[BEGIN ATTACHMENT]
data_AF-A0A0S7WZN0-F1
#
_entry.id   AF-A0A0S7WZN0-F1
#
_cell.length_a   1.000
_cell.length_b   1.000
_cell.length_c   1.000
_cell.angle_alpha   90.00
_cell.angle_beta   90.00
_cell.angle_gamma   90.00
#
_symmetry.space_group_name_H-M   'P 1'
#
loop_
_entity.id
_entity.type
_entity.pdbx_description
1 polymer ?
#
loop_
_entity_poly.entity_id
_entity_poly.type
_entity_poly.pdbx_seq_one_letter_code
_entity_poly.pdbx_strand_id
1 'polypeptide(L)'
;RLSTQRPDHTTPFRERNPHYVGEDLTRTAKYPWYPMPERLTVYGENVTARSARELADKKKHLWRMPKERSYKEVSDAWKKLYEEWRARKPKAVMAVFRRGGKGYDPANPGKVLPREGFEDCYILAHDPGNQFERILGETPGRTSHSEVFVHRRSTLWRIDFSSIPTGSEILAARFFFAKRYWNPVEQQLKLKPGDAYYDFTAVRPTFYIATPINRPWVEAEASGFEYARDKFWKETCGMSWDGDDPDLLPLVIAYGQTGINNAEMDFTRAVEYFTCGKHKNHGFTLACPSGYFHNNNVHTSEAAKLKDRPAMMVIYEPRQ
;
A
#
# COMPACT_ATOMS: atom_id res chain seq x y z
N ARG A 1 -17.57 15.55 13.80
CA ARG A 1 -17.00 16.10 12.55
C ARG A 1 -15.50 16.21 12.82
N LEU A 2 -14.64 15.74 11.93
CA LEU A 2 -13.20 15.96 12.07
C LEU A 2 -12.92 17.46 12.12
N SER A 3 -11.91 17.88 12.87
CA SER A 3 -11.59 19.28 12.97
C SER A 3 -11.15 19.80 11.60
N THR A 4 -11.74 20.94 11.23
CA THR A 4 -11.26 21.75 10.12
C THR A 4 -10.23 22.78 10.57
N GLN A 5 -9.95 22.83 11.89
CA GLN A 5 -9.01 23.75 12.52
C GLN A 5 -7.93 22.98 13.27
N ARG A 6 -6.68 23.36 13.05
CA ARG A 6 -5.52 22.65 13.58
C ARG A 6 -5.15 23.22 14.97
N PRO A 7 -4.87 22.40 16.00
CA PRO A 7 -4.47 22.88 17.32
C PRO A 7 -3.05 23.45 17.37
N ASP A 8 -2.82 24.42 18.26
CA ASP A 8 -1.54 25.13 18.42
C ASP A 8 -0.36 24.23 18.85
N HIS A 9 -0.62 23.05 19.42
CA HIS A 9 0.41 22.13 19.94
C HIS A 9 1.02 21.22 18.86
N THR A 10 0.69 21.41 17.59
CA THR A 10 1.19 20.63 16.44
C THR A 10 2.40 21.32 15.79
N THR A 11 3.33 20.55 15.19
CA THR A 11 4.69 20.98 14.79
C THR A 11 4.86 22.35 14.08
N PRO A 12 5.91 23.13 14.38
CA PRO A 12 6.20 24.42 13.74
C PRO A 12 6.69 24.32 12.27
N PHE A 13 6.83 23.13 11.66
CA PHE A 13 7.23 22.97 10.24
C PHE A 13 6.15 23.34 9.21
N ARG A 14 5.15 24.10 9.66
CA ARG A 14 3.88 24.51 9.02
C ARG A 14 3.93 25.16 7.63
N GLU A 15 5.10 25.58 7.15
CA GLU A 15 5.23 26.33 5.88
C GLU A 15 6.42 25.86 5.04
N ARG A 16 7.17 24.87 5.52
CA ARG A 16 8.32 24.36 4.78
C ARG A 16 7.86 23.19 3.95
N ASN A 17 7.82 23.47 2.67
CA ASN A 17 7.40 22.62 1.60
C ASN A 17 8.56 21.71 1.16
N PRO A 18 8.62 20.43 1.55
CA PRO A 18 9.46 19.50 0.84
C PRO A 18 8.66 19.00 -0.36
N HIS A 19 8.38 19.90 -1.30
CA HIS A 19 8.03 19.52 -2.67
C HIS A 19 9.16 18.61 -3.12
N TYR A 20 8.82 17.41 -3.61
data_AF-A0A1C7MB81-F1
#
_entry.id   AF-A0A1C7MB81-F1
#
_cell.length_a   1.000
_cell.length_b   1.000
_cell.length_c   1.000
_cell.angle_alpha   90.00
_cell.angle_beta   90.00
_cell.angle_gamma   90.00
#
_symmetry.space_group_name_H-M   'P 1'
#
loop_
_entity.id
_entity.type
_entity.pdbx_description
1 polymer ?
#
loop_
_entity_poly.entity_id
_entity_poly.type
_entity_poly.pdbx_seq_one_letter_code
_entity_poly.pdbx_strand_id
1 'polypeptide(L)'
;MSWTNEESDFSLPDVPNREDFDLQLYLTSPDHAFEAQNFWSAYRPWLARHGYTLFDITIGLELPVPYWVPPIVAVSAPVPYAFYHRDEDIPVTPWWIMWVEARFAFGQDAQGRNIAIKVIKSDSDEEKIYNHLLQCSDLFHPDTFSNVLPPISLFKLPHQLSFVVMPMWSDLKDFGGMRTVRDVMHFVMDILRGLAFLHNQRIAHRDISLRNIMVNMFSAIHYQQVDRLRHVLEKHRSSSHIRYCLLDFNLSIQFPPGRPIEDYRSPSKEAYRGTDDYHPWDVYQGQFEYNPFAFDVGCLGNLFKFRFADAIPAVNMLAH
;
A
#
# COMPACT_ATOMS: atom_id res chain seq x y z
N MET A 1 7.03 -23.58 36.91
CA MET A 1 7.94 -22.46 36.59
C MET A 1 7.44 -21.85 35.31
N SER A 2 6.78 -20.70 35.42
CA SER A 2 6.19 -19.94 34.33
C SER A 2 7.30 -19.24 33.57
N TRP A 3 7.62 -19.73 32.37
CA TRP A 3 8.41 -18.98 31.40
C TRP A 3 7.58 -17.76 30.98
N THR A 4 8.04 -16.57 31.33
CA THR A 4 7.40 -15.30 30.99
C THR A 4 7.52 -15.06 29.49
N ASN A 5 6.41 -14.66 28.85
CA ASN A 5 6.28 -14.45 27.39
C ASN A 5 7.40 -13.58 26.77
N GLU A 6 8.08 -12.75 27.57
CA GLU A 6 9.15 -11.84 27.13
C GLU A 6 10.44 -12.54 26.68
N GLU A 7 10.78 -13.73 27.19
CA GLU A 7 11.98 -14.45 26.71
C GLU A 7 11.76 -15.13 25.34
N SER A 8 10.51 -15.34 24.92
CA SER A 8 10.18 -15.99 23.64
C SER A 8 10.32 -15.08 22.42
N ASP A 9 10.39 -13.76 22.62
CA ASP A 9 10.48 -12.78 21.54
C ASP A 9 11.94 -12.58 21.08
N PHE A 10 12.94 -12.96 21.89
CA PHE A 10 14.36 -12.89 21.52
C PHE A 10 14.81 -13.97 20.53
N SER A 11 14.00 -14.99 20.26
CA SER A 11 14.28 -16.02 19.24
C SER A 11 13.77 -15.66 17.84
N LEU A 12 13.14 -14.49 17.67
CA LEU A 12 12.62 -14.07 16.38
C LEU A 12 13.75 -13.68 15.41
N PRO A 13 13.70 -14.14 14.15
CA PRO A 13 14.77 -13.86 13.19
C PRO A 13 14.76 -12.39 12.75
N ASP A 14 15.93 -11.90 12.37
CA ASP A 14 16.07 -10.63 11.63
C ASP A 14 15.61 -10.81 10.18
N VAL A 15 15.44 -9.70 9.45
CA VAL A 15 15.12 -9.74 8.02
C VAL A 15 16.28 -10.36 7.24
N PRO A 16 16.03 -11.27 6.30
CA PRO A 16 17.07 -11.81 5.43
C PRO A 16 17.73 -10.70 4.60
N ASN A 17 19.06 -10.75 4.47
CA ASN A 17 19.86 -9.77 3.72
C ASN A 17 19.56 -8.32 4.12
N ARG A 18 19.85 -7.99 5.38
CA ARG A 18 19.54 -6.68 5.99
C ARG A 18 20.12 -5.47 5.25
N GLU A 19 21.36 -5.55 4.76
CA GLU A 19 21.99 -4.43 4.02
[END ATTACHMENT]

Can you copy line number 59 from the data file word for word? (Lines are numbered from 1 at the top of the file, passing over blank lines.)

CA THR A 10 1.19 20.63 16.44